user590028 user590028 - 6 months ago 13
SQL Question

PostgreSQL statement caching interfering with expected results

We've written a PL/pgSQL function to record timestamps to an audit table.
PostgresSQL statement caching however is not recalculating

now()
on each
invocation, which is causing stale (meaning old) timestamps to be recorded in our audit table.

We're running Postgres 9.2. According to the docs
http://www.postgresql.org/docs/9.2/static/plpgsql-implementation.html#PLPGSQL-PLAN-CACHING (scroll to bottom of their article), the recommendation is to rely on calls to
now()
.

This function does not work as expected:

CREATE OR REPLACE FUNCTION save(txd integer) RETURNS void AS $$
BEGIN
INSERT INTO audit (id, mtime) VALUES (txd,now());
END;$$


With a table defined as:

CREATE TABLE audit (
id integer NOT NULL,
mtime timestamp without time zone NOT NULL,
CONSTRAINT audit_pkey PRIMARY KEY (id)
)


A simple python 2.7 script using
psycopg2
can be used to demonstrate the problem:

import datetime, psycopg2, time
def tm():
# connect and clear contents
con = psycopg2.connect('dbname=postgres user=postgres')
cur = con.cursor()
cur.execute('TRUNCATE audit')

# Add a record, wait a second, add another
cur.execute('SELECT save(1)')
time.sleep(1.0)
cur.execute('SELECT save(2)')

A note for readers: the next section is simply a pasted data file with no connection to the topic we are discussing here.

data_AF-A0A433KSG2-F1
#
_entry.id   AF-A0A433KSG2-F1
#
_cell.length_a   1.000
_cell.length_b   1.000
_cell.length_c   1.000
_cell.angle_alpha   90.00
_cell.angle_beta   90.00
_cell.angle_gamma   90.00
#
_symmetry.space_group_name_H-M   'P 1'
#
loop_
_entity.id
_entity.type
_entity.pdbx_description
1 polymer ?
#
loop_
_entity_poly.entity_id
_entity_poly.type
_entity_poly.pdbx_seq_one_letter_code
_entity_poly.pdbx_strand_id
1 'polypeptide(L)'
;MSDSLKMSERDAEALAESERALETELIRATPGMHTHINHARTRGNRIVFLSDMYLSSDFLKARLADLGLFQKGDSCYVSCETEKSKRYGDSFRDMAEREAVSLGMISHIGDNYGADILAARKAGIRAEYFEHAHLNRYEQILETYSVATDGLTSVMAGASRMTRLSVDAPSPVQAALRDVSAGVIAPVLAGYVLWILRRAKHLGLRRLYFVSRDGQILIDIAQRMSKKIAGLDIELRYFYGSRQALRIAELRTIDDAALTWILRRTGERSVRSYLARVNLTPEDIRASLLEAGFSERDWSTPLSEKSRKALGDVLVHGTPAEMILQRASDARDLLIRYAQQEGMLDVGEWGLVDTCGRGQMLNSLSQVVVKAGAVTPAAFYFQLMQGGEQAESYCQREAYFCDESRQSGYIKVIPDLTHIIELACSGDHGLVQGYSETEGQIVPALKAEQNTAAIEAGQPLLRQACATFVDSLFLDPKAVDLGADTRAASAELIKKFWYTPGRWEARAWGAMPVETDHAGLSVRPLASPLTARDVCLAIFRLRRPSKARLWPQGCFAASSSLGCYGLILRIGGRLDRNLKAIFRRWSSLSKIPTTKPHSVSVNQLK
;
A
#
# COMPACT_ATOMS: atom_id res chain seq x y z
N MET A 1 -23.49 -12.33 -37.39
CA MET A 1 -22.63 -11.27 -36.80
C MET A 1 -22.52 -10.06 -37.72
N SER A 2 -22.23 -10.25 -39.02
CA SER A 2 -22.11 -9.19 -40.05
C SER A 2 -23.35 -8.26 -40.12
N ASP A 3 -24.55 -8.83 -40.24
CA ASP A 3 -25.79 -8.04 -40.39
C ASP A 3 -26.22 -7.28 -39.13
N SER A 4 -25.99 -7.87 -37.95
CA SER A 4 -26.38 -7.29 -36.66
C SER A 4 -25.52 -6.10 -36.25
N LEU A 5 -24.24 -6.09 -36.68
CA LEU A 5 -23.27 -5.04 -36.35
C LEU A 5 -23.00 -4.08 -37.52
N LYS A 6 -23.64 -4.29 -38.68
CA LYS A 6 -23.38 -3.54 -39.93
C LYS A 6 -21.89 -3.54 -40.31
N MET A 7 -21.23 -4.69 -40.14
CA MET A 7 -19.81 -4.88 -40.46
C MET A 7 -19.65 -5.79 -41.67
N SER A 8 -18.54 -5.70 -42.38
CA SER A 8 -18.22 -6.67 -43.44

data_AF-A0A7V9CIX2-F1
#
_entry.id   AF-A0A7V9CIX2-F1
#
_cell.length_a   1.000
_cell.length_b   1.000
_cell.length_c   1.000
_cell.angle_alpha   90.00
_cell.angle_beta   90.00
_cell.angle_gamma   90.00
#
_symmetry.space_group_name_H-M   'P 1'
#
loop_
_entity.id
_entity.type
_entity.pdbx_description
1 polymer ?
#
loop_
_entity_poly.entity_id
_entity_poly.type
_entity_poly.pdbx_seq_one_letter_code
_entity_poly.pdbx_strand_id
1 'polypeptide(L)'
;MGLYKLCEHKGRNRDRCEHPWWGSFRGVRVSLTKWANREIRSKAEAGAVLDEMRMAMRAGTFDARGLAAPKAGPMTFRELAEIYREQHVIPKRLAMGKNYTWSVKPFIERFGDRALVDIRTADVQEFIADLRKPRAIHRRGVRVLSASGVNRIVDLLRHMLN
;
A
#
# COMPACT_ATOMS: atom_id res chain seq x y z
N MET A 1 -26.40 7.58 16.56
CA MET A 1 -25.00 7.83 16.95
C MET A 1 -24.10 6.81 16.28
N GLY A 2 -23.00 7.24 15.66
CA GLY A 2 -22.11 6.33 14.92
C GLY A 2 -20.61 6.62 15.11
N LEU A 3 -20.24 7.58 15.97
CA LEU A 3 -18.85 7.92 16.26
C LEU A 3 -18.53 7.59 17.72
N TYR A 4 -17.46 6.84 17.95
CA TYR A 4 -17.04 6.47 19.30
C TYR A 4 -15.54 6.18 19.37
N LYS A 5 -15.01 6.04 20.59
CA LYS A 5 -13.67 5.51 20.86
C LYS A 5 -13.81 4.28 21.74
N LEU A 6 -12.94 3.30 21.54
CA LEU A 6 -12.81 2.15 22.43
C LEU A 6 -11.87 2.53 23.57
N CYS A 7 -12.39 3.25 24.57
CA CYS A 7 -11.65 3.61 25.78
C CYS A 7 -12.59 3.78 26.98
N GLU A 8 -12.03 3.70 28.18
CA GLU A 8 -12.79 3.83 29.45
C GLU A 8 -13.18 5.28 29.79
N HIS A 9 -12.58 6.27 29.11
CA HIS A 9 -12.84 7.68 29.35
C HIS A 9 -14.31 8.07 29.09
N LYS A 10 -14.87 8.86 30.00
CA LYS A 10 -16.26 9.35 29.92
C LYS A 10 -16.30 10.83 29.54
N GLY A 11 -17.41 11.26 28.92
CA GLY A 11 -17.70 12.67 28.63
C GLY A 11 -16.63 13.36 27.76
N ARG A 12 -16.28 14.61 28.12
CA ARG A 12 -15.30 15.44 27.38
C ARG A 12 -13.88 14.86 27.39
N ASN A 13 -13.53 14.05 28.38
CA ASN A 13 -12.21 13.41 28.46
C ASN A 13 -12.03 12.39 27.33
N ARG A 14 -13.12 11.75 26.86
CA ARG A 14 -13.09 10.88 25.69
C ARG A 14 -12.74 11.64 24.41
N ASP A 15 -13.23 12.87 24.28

# List the contents
cur.execute('SELECT * FROM audit')
for row in cur.fetchall():
print("modified %s" % row[1])
cur.close()
con.close()


If you run this script, you will notice that the two instances of modified times will report the exact same value, even though we inserted a small 1-second sleep between INSERTs

>>> tm()
modified 2016-05-10 11:05:21.766005
modified 2016-05-10 11:05:21.766005


Note: We have even tried the example provided by postgres in the linked
article. There is no difference in output using their example:

CREATE OR REPLACE FUNCTION save(txd integer) RETURNS void AS $$
DECLARE
curtime timestamp;
BEGIN
curtime = 'now';
INSERT INTO audit (id, mtime) VALUES (txd,curtime);
END;$$


Could someone set us straight on where we're going wrong here?

Answer

now() returns the timestamp at transaction begin; this will cause all clock readings within the transaction to yield the same values (which is often what you want).

If you want the actual time at sub-trransaction level you'll need clock_timestamp() http://www.postgresql.org/docs/9.5/static/functions-datetime.html